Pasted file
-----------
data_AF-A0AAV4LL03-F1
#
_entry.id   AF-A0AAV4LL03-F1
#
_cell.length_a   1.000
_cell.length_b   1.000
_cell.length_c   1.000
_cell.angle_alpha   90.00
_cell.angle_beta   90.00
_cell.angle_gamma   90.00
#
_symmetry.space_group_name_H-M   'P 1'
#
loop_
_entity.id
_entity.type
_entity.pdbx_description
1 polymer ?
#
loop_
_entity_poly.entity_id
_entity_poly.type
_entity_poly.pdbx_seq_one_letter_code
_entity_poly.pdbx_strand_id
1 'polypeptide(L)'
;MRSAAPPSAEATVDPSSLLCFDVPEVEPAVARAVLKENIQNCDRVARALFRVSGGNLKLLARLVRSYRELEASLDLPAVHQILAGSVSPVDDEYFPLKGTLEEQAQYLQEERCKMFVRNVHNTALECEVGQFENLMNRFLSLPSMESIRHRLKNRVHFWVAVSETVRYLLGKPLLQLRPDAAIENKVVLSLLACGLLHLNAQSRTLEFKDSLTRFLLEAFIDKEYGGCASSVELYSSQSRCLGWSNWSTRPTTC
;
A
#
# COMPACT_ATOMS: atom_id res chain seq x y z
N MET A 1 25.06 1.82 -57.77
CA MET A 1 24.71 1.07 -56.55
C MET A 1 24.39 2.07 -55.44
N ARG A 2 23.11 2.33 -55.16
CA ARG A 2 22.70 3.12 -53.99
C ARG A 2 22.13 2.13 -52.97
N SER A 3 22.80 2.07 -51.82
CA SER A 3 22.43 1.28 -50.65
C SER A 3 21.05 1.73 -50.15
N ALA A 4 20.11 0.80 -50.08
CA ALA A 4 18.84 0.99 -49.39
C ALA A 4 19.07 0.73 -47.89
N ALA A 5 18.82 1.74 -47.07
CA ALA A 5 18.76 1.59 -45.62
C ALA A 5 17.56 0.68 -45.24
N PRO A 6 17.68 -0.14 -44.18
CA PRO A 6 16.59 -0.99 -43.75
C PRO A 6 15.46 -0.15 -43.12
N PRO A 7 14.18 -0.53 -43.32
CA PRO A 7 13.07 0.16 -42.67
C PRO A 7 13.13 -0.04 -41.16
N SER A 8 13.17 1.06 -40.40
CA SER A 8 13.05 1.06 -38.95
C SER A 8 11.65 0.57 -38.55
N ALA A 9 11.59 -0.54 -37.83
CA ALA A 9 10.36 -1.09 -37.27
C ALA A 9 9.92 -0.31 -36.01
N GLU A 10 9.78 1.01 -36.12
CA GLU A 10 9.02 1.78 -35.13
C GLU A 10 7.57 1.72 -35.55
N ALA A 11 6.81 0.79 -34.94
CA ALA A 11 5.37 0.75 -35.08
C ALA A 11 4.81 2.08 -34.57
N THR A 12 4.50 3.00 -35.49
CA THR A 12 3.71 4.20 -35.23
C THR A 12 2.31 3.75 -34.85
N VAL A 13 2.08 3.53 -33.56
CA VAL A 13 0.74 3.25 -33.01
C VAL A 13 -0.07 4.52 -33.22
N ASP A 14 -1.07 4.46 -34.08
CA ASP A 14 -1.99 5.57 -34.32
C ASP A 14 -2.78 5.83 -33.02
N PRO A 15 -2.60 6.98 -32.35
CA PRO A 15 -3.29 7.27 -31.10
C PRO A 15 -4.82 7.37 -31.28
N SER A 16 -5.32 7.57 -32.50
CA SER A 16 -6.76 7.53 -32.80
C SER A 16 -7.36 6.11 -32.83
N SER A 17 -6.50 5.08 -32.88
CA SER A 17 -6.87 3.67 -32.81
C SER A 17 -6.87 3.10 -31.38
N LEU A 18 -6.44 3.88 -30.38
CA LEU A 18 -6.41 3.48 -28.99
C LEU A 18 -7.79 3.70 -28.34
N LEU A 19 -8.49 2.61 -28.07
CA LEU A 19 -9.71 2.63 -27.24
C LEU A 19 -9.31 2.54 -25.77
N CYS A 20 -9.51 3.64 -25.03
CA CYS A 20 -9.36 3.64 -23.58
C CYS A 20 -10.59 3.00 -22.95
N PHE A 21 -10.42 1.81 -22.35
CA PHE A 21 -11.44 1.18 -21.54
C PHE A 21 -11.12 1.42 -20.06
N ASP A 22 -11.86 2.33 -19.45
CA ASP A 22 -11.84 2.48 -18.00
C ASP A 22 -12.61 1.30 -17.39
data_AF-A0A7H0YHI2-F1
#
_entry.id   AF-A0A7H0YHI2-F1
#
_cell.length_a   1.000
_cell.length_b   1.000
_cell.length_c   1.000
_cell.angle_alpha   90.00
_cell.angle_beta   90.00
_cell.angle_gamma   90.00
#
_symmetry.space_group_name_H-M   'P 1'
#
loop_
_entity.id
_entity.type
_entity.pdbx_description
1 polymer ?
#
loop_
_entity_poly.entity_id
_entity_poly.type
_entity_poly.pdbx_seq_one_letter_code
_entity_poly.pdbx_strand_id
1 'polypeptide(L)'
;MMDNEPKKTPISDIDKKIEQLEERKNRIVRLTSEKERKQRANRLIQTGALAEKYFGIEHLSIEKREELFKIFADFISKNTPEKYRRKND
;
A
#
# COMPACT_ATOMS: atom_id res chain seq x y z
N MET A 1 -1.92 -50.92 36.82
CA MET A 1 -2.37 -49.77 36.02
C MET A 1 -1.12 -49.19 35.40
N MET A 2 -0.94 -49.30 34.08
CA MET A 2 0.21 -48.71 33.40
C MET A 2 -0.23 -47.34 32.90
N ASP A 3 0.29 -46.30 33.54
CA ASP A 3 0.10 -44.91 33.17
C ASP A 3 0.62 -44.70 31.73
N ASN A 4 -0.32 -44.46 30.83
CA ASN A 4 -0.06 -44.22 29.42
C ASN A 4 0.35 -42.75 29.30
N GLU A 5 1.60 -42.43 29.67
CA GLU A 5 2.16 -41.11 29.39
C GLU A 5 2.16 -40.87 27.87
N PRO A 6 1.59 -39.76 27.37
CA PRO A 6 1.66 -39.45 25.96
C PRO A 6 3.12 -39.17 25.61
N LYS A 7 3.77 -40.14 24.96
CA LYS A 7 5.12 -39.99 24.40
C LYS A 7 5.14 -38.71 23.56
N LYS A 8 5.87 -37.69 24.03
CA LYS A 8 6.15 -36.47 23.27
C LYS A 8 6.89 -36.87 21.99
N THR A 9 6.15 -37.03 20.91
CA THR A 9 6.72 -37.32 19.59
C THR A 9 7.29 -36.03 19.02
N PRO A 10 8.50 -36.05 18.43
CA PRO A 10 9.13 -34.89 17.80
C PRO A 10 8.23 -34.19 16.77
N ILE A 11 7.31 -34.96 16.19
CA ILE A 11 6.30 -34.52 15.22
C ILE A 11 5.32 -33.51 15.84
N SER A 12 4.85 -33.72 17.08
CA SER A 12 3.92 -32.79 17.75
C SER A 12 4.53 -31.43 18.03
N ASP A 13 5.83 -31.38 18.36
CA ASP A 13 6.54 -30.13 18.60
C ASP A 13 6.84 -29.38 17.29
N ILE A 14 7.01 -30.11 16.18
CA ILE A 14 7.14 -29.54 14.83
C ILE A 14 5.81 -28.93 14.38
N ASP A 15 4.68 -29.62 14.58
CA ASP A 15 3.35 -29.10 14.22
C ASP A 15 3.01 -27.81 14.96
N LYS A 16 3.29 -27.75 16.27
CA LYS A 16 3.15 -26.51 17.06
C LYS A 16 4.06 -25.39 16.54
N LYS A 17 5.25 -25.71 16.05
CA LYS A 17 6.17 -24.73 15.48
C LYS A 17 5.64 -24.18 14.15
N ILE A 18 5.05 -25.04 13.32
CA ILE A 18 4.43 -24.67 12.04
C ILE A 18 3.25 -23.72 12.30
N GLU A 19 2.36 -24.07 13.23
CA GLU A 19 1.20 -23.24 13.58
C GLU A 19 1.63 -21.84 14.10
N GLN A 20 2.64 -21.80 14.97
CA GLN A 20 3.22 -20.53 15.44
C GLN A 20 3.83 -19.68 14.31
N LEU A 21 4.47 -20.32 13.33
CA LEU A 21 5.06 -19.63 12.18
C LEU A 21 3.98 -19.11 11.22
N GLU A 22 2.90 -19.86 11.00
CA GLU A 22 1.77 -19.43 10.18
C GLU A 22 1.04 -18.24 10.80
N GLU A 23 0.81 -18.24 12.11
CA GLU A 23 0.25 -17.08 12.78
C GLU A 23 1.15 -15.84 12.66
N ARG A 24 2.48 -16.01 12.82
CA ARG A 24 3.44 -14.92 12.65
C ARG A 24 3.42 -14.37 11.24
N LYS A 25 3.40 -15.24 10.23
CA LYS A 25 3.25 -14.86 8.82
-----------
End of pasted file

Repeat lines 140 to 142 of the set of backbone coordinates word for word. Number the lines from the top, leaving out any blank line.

CA GLU A 5 2.16 -41.11 29.39
C GLU A 5 2.16 -40.87 27.87
N PRO A 6 1.59 -39.76 27.37